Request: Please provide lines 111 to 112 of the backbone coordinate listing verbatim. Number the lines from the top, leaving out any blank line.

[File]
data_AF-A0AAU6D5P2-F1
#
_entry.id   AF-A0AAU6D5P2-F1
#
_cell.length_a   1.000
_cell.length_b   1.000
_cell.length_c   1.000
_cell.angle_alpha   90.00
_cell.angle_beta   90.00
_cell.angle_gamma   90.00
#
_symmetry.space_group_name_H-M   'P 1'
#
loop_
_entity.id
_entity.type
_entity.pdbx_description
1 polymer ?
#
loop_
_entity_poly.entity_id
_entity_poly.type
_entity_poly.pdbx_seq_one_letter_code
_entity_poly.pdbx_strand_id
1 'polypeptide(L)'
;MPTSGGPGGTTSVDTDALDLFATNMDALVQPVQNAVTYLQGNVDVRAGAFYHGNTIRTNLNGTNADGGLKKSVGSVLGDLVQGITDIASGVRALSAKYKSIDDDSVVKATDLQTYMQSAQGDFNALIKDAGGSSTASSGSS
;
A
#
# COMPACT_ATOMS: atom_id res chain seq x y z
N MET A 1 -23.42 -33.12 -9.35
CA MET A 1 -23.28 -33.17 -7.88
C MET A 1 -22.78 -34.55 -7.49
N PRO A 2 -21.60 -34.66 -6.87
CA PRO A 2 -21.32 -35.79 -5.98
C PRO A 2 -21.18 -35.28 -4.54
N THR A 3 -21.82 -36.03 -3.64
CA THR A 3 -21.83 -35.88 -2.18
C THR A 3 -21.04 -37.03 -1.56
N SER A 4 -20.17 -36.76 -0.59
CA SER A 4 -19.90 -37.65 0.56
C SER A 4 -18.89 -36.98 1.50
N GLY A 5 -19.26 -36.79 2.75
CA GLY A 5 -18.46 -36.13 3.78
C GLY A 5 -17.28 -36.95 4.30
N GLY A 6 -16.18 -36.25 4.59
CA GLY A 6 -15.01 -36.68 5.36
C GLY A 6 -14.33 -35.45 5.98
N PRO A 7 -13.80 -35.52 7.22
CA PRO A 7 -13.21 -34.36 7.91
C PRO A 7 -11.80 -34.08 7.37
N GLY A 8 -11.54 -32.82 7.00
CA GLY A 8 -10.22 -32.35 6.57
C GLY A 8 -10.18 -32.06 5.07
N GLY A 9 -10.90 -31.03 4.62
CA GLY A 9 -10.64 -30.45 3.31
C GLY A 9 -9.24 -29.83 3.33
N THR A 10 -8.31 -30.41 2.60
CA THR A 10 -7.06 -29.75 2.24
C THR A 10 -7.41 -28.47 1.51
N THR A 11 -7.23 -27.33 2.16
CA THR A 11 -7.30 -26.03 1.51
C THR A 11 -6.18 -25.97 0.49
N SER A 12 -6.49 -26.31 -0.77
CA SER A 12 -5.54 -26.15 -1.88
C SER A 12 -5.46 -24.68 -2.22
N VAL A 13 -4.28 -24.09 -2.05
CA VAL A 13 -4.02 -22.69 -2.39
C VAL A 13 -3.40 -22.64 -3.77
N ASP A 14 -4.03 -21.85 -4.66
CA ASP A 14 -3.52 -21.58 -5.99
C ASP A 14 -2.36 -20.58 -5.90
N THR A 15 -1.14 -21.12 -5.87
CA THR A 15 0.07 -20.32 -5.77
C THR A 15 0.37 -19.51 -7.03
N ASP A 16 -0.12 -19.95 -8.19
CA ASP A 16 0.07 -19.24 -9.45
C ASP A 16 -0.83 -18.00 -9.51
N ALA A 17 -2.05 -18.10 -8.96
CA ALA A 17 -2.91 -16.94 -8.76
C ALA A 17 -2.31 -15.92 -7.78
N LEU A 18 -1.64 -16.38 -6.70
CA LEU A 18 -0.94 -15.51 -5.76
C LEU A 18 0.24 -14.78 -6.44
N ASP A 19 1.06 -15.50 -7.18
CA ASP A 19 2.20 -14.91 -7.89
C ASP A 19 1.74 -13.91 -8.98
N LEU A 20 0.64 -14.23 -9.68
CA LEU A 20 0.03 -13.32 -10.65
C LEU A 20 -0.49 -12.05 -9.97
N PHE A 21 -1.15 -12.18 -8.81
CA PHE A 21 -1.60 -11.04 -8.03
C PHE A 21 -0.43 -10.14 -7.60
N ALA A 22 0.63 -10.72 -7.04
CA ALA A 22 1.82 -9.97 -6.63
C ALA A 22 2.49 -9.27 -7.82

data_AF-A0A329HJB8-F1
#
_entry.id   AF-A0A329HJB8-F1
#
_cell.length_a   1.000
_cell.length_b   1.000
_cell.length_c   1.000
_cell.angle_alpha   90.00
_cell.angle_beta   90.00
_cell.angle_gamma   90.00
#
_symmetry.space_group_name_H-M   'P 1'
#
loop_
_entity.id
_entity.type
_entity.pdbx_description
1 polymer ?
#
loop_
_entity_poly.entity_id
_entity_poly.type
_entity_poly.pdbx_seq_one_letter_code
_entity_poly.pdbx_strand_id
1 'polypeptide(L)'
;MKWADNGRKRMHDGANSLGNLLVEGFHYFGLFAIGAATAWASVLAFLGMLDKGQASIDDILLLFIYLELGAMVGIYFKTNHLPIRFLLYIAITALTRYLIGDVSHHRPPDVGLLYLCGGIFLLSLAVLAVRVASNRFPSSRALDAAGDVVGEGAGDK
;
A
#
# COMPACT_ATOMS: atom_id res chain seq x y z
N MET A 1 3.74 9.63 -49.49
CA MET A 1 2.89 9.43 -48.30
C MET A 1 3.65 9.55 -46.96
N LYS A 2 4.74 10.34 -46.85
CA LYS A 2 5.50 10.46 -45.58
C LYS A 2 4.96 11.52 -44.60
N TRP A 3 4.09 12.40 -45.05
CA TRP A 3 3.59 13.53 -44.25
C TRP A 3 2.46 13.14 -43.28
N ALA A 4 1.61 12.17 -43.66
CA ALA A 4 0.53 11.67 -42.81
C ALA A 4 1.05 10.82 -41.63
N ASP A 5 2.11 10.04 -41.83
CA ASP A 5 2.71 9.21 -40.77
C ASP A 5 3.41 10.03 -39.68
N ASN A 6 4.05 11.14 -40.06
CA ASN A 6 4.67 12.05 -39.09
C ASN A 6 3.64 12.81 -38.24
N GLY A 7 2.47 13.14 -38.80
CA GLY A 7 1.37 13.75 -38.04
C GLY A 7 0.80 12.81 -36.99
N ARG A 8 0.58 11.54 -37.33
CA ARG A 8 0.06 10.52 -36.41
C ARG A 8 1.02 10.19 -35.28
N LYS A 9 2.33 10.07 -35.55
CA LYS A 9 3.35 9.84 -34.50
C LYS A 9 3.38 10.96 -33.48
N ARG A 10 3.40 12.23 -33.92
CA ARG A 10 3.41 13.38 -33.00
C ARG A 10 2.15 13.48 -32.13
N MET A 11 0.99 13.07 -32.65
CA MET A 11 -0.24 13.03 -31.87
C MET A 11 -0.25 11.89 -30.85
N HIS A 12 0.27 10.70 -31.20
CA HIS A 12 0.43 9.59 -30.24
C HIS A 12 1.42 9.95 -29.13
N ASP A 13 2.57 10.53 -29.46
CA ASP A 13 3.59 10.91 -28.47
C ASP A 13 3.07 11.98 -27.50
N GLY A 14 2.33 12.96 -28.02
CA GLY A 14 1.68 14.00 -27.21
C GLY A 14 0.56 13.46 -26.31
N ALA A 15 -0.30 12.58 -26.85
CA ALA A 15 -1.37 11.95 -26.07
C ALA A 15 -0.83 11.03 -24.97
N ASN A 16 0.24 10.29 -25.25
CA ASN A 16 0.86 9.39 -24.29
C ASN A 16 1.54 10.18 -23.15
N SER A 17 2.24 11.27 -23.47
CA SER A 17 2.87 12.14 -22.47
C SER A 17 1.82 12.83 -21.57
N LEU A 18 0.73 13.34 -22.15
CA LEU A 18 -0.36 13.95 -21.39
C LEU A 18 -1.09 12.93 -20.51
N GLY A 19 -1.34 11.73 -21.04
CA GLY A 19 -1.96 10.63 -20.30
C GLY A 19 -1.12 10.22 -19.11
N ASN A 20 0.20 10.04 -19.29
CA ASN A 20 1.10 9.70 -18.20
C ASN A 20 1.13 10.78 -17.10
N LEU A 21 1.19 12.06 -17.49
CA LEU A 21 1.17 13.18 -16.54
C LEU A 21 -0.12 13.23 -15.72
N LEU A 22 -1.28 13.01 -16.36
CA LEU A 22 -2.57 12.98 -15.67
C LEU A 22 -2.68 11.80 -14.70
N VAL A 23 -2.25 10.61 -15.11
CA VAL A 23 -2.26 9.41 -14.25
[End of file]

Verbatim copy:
_entity.id
_entity.type